PC-maker Lenovo will launch a tablet device running Google’s Android operating system before the end of this year, according to a report in TradingMarkets.com.
The tablet, called the LePad, will “echo LePhone,” Lenovo’s Android-running smartphone, in functions like email and Web browsing, Lenovo Group Senior Vice President Liu Jun told Trading Markets. Lenovo first introduced the slim LePhone – which features a 3.7-inch display and 3G, WiFi, Bluetooth and GPS connectivity – in January, though there’s been little mention of it in U.S. markets since.
The site added that Liu said the LePad will be a “crucial part” of Lenovo’s mobile Internet strategy, as it looks to expand “in the 3G era.”
While Lenovo has for years made ThinkPad and IdeaPad convertible tablets, with major appeal to health care, field service and other enterprise verticals, the LePad appears to be more consumer-geared. Following the success of Apple’s iPad, tablet PCs are increasingly being added to manufacturers’ roadmaps, and the LePad may wind up competing against not just the Apple iPad but a number of products about to come online.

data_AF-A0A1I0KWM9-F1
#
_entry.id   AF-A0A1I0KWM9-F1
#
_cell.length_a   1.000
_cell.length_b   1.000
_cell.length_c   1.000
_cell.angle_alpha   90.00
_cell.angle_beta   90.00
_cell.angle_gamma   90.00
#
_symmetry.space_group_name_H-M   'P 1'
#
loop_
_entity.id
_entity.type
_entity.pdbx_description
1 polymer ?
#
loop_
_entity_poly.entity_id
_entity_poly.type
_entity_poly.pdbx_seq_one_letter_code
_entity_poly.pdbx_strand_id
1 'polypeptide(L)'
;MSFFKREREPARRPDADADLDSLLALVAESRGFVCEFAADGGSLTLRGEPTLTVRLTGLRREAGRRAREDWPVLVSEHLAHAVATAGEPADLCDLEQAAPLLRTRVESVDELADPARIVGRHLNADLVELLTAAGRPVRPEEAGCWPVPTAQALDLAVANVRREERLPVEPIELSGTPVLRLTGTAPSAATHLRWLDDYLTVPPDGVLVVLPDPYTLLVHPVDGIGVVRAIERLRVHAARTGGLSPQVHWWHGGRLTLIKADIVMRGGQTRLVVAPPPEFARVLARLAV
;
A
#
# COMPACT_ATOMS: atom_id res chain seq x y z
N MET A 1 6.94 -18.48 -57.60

For example, Hewlett-Packard, which holds top billing in worldwide PC market share, is said to be working on various tablets, each running a different operating system. While it has reportedly put an Android-running tablet on hold this year, in mid July it applied to trademark the term PalmPad – likely for a tablet running Palm’s WebOS.
Google and Verizon Wireless have also announced that they’re at work on an Android-based tablet.
New tablets are expected to come to market in the second half of 2010, and on July 20 ABI Research increased its forecast for media tablet shipments in 2010 to 11 million tablets. “Assuming that competing tablets from other vendors do arrive in the second half of the year as expected, we believe that the iPad will account for a significant portion – but not all – of the projected 11 million units,” ABI Principal Analyst Jeff Orr said in a statement.
ABI added that the buzz around tablets is affecting other parts of the consumer electronics industry. “Most of the volume that we’ve projected for the [mobile internet device] category since 2007 is now being taken over by other device form factors: media tablets, but also smartphones,” said Orr, “which are assuming more and more of the functionality that was envisioned for these -non-voice handsets.'”
Lenovo may additionally add to this disruptive group of devices. Following the release of the LePad, Lenovo CEO Yang Yuanqing told Trading Markets that the Internet-focused Lenovo Group is poised to offer “a series of new products.”